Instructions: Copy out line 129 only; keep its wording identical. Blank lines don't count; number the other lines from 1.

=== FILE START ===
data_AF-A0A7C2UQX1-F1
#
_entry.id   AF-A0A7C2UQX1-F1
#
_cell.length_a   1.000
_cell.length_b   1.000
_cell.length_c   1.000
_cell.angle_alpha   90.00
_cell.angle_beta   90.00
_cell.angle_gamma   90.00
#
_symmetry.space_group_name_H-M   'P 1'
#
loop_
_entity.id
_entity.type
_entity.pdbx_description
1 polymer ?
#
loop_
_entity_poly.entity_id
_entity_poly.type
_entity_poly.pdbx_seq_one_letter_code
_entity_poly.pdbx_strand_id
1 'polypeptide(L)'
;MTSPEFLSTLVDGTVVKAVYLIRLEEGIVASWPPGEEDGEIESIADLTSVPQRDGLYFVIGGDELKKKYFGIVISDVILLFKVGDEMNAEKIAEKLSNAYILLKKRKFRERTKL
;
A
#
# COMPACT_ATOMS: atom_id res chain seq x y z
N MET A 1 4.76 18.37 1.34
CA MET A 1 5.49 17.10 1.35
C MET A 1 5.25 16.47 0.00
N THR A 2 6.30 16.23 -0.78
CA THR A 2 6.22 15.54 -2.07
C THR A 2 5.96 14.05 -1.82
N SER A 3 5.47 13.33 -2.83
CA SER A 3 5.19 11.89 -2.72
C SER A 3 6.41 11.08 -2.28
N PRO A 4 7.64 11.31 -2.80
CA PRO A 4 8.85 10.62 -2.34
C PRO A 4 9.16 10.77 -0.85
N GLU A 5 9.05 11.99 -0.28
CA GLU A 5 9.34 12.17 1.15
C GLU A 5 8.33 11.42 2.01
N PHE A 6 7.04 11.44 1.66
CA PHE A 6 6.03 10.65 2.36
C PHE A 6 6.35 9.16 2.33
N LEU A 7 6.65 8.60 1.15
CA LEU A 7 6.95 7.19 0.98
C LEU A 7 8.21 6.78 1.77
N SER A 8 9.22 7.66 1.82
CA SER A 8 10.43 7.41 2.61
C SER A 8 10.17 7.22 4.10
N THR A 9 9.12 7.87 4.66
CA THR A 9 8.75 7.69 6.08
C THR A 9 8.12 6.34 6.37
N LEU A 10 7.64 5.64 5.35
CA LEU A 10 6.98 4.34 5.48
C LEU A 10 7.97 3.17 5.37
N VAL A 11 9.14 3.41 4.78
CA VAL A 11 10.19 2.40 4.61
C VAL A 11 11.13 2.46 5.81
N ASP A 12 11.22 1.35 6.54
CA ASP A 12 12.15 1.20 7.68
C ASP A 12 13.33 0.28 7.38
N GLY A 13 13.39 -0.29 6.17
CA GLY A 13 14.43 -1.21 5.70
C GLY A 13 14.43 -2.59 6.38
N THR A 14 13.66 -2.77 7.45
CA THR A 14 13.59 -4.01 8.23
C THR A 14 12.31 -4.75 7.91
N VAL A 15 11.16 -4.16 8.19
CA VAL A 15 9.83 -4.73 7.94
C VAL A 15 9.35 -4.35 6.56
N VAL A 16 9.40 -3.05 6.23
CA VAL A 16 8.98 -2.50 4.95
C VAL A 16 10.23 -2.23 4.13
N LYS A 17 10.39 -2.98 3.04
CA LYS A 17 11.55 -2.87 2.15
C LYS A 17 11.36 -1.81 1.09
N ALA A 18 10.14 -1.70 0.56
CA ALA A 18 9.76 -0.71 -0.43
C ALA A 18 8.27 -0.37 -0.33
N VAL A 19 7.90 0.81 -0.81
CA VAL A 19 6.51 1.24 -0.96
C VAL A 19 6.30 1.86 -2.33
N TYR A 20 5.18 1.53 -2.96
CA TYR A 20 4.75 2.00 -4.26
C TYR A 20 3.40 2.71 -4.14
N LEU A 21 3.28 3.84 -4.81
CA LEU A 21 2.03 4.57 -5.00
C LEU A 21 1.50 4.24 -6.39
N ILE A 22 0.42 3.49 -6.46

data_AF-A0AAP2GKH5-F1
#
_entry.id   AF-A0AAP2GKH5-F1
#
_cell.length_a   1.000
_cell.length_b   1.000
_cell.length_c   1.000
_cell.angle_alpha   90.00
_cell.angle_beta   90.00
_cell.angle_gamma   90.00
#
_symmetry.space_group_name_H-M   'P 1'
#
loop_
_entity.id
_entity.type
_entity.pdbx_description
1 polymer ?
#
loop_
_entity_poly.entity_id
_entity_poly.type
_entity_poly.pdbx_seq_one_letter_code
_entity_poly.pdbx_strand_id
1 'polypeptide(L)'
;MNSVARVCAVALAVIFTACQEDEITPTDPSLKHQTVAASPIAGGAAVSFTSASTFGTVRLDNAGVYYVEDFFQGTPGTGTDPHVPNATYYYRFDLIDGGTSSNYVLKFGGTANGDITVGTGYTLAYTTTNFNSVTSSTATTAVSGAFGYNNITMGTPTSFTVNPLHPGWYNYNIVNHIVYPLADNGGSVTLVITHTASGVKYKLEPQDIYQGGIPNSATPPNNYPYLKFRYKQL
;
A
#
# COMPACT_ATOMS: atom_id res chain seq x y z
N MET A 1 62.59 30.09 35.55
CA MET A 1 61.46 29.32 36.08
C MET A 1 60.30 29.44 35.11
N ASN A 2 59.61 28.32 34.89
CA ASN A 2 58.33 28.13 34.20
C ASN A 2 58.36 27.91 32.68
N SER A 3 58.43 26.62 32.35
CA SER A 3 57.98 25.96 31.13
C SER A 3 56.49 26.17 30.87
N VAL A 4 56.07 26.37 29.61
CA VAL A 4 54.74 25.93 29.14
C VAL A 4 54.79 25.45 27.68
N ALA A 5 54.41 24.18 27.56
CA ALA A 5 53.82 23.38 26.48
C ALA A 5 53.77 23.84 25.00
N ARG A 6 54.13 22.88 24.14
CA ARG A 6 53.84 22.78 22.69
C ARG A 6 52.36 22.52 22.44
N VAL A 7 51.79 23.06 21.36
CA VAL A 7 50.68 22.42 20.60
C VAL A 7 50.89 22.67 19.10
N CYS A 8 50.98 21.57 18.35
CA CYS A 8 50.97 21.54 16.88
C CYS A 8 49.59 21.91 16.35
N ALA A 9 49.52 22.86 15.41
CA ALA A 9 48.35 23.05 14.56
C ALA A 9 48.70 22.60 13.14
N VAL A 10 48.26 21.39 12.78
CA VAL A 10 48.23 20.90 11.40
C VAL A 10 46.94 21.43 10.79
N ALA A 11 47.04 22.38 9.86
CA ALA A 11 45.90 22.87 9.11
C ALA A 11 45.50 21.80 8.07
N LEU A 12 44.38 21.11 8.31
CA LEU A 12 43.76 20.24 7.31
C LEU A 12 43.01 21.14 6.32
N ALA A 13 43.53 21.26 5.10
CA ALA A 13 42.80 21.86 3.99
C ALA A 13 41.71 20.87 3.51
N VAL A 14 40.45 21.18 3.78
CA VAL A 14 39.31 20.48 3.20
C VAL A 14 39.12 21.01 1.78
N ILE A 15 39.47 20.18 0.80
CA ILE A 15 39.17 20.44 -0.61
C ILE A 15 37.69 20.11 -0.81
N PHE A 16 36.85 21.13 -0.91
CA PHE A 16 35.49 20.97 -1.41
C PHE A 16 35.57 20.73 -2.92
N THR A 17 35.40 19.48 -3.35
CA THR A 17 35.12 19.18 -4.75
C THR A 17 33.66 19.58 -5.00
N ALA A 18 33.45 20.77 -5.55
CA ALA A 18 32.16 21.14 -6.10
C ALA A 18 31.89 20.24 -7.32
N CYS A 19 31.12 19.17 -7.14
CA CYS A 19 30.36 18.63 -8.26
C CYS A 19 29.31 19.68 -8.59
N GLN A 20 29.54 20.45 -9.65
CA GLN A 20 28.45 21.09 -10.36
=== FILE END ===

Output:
CA ASN A 2 58.33 28.13 34.20